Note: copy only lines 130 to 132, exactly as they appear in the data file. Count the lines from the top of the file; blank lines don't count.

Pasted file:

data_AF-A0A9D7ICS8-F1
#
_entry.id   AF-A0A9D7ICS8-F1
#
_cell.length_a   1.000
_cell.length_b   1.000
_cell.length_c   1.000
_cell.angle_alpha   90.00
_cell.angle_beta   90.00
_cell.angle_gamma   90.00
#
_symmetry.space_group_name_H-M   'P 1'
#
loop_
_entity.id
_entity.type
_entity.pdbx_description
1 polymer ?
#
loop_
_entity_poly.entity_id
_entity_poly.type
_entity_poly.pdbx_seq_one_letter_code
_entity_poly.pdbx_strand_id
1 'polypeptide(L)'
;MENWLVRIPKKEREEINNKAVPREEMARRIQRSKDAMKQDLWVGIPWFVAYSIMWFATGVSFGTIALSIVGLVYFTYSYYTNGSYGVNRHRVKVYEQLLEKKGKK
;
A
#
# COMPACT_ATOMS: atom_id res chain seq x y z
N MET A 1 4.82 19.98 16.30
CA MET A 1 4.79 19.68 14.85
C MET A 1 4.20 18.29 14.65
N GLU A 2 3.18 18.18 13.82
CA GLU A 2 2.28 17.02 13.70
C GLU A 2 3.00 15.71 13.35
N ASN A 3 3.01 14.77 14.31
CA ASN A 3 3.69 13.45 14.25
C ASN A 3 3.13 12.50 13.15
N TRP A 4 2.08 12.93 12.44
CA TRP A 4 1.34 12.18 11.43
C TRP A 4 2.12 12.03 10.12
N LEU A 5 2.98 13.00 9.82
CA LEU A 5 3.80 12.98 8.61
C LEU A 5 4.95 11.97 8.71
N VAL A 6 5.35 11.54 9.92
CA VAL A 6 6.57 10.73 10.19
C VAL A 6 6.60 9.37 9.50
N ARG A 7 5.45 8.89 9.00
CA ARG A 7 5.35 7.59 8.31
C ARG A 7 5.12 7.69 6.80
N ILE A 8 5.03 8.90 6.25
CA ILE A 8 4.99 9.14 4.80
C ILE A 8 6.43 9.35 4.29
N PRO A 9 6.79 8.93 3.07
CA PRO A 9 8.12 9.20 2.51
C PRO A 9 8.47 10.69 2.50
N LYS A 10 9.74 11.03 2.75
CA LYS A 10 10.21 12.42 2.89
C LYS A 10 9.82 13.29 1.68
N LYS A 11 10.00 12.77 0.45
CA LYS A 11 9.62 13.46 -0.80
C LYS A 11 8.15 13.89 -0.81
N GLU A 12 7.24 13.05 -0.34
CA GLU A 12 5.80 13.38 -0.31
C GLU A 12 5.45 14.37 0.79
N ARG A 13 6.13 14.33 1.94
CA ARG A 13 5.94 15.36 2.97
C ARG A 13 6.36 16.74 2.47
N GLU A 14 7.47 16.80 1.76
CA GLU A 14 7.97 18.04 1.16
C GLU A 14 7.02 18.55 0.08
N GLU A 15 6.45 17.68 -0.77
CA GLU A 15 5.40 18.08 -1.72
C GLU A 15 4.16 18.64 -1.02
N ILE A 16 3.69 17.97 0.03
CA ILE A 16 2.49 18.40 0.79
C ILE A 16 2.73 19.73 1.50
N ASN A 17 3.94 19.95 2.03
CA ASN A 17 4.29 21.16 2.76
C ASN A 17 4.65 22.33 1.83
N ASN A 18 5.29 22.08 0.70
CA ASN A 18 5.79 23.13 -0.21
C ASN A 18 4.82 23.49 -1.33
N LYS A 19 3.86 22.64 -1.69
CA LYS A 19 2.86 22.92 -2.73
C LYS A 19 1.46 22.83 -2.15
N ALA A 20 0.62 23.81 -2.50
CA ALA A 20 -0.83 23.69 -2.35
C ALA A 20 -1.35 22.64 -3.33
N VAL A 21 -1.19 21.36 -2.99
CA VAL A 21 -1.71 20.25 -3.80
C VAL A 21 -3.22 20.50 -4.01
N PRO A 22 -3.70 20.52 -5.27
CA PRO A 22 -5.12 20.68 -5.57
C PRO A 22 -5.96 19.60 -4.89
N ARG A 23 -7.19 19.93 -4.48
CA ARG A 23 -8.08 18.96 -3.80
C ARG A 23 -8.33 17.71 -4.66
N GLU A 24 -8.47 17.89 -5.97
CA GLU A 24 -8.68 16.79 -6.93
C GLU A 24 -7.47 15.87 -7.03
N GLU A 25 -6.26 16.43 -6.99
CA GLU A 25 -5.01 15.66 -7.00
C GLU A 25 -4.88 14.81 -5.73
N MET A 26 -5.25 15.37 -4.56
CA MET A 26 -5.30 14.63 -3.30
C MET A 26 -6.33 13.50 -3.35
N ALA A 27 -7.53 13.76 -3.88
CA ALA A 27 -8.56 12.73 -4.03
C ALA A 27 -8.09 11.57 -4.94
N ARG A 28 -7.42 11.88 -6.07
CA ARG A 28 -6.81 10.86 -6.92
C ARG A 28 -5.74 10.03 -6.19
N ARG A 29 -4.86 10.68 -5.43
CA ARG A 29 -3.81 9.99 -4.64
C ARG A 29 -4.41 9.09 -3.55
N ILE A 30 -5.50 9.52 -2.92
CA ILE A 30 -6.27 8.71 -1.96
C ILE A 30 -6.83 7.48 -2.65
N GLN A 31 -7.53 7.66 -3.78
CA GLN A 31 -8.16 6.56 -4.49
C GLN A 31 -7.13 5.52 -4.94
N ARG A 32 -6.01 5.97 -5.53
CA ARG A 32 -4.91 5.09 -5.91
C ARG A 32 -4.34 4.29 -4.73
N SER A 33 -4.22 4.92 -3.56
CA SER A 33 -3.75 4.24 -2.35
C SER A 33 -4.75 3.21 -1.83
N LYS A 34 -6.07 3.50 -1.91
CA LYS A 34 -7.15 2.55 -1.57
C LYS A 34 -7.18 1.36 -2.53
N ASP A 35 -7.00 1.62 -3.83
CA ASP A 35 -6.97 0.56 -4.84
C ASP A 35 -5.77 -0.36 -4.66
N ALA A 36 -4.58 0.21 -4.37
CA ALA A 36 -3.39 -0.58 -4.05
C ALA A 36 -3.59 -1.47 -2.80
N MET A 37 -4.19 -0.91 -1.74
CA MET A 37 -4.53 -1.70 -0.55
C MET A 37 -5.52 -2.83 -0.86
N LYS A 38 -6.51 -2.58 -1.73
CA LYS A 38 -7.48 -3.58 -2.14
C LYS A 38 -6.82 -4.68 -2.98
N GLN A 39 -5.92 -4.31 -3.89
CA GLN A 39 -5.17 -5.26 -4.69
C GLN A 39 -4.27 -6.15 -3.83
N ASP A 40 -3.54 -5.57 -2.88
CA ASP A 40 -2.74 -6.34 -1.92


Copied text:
N LYS A 34 -6.07 3.50 -1.91
CA LYS A 34 -7.15 2.55 -1.57
C LYS A 34 -7.18 1.36 -2.53